The research shows that these T-rays, electromagnetic waves in the far infrared part of the electromagnetic spectrum that have a wavelength 500 times longer than visible light, can be guided along the surface of a specially designed material, known as a metamaterial. Being able to control T-rays in this way is essential if this type of radiation is to be used in many real world applications.
Researchers believe one of the areas with the most potential to use T-rays is security sensing and scanning, because many of the molecules in explosives and biological agents like anthrax strongly absorb this radiation. If T-rays are tightly confined on surfaces in contact with such molecules then the detection sensitivity is greatly increased.
Simple metallic surfaces have been used to control T-ray propagation before, but these only weakly guide the radiation, which extends as a weak field many centimetres above the surface of the material, thus rendering it less effective for sensing. The new study has now shown that a metamaterial surface draws T-rays close to it, creating a very strong field less than a millimetre above the surface. This greatly enhances the absorption by molecules on the surface making highly effective sensing techniques possible.
The study was performed by a team of UK and Spanish physicists led in the UK by Dr Stefan Maier from Imperial College London's Department of Physics, and Dr Steve Andrews of the University of Bath. Dr Maier explains why their metamaterial design is so important:
"T-rays have the potential to revolutionise security screening for dangerous materials such as explosives. Until now it hasn't been possible to exert the necessary control and guidance over pulses of this kind of radiation for it to have been usable in real world applications. We have shown with our material that it is possible to tightly guide T-rays along a metal sheet, possibly even around corners, increasing their suitability for a wide range of situations."
A metamaterial is a man-made material with designed electromagnetic properties which are impossible for natural materials to possess. The metamaterial created for this new research consists of a metallic surface textured with a two-dimensional array of pits. The researchers chose the dimensions of the pits so that T-rays are drawn closely to them as they travel along the surface.
Dr Andrews says that although the results of their study are very promising, more work is needed to refine the technology before such surfaces can be used for sensing applications. "At the moment only a small number of the frequencies that make up a pulse of T-ray radiation are closely confined by our metamaterial. More sophisticated designs are needed in order to make sure that the whole pulse is affected by the surface structure, so that absorption features of molecules can be clearly identified."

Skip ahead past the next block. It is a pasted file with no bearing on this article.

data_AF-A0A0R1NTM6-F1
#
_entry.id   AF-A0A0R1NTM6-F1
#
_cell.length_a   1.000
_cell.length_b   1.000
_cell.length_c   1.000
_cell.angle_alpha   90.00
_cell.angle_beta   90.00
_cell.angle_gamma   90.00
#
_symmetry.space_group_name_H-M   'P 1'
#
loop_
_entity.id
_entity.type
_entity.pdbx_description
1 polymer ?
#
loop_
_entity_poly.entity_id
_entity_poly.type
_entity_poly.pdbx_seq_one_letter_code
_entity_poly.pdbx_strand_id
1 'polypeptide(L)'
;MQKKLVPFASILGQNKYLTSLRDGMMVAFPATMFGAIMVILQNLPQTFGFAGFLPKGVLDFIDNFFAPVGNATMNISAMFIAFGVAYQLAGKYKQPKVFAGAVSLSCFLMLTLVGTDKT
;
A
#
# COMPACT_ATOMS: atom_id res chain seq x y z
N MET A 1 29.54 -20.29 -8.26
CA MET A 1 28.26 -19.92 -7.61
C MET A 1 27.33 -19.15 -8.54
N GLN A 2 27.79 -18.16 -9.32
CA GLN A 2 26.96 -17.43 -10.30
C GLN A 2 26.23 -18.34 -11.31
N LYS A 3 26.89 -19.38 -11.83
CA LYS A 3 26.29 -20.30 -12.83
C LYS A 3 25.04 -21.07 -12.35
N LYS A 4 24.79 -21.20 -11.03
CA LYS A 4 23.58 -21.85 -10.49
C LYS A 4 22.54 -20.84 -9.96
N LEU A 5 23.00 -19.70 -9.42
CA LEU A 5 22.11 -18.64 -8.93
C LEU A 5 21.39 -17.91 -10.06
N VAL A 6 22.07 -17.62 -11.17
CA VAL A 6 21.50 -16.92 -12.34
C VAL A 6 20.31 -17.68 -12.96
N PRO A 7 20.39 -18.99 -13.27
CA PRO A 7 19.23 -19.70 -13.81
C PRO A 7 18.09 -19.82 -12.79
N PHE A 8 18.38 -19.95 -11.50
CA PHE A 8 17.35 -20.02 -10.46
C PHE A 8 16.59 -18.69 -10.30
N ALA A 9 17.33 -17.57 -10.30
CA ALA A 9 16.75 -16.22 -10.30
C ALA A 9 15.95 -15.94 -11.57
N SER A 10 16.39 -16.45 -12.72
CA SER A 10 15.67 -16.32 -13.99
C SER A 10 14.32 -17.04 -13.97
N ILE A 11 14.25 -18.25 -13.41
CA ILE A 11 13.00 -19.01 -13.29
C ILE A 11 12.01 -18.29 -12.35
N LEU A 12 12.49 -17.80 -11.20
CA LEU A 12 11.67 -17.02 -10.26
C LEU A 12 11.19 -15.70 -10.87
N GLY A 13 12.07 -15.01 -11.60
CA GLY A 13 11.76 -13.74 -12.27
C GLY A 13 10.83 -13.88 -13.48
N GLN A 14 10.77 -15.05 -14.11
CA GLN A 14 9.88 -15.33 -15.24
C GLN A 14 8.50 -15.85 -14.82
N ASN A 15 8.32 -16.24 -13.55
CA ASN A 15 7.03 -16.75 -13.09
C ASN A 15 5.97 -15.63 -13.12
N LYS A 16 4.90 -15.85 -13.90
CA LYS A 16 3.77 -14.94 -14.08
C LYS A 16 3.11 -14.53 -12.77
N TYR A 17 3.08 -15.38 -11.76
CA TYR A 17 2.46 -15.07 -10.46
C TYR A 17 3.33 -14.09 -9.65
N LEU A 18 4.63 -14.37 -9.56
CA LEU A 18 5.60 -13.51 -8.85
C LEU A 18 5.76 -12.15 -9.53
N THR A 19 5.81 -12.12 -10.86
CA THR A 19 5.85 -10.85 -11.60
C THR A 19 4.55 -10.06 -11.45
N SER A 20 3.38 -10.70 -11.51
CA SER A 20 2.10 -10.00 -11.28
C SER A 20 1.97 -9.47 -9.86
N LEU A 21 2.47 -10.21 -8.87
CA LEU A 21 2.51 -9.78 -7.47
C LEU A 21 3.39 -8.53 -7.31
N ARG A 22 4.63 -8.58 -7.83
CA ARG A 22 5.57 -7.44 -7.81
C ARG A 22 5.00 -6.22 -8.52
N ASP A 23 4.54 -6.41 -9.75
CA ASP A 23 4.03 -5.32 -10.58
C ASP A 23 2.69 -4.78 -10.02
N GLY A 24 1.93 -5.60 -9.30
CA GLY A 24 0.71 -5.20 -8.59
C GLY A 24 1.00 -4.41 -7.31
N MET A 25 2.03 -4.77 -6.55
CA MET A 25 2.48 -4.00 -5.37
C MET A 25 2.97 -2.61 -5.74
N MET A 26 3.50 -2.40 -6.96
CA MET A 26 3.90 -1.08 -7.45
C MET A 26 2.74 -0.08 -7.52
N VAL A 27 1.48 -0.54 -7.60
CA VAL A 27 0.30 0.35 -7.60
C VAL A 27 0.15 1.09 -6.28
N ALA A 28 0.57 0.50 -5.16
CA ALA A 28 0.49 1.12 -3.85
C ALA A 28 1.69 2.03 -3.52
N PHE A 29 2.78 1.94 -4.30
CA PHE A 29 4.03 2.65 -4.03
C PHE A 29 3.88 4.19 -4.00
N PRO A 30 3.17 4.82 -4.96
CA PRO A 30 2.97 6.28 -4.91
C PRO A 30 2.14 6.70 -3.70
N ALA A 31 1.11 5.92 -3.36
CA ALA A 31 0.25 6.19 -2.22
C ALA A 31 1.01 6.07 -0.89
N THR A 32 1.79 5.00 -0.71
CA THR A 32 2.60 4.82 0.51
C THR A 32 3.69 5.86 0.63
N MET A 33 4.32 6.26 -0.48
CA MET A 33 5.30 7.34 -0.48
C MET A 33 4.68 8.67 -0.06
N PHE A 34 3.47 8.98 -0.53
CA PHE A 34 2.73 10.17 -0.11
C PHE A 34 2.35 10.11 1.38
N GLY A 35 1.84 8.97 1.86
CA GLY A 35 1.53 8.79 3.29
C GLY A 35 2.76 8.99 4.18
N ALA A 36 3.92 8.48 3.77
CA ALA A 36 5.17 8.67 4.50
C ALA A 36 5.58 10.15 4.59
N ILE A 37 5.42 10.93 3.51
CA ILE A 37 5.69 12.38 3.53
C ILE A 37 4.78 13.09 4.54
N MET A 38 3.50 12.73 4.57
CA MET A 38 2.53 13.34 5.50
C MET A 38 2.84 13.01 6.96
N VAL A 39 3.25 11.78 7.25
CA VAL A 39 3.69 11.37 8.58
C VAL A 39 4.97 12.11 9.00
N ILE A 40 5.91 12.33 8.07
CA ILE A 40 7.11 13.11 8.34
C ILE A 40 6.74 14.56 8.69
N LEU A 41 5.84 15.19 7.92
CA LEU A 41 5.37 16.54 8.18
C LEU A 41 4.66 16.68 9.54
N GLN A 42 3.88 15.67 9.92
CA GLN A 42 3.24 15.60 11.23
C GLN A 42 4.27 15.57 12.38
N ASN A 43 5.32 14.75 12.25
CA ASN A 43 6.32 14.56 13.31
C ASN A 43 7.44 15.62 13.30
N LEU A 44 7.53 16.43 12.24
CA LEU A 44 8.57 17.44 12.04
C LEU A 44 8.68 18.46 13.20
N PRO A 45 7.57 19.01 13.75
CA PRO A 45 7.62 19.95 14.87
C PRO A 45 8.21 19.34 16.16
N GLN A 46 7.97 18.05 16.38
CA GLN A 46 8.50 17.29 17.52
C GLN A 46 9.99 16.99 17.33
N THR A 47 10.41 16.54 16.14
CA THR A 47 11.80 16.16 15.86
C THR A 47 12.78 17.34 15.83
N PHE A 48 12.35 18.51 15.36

Dr Maier and Dr Andrews designed the metamaterial together with colleagues from Universities in Madrid and Zaragoza, with financial support from the US Air Force and the Royal Society. Their breakthrough is based on previous theoretical predictions obtained by the Spanish team together with Imperial's Professor John Pendry, published in Science in 2004.
Flying Laptop satellite mission extended by two years - Successfully in orbit since July 14, 2017
16.07.2019 | Universität Stuttgart
Robert Alfano team identifies new 'Majorana Photons'
16.07.2019 | City College of New York
Scientists at the University Würzburg and University Hospital of Würzburg found that megakaryocytes act as “bouncers” and thus modulate bone marrow niche properties and cell migration dynamics. The study was published in July in the Journal “Haematologica”.
Hematopoiesis is the process of forming blood cells, which occurs predominantly in the bone marrow. The bone marrow produces all types of blood cells: red...
For some phenomena in quantum many-body physics several competing theories exist. But which of them describes a quantum phenomenon best? A team of researchers from the Technical University of Munich (TUM) and Harvard University in the United States has now successfully deployed artificial neural networks for image analysis of quantum systems.
Is that a dog or a cat? Such a classification is a prime example of machine learning: artificial neural networks can be trained to analyze images by looking...
An international research group led by scientists from the University of Bayreuth has produced a previously unknown material: Rhenium nitride pernitride. Thanks to combining properties that were previously considered incompatible, it looks set to become highly attractive for technological applications. Indeed, it is a super-hard metallic conductor that can withstand extremely high pressures like a diamond. A process now developed in Bayreuth opens up the possibility of producing rhenium nitride pernitride and other technologically interesting materials in sufficiently large quantity for their properties characterisation. The new findings are presented in "Nature Communications".
The possibility of finding a compound that was metallically conductive, super-hard, and ultra-incompressible was long considered unlikely in science. It was...
An interdisciplinary research team at the Technical University of Munich (TUM) has built platinum nanoparticles for catalysis in fuel cells: The new size-optimized catalysts are twice as good as the best process commercially available today.
Fuel cells may well replace batteries as the power source for electric cars. They consume hydrogen, a gas which could be produced for example using surplus...
The fly agaric with its red hat is perhaps the most evocative of the diverse and variously colored mushroom species. Hitherto, the purpose of these colors was...
24.06.2019 | Event News
29.04.2019 | Event News
17.04.2019 | Event News
16.07.2019 | Physics and Astronomy
16.07.2019 | Power and Electrical Engineering
16.07.2019 | Information Technology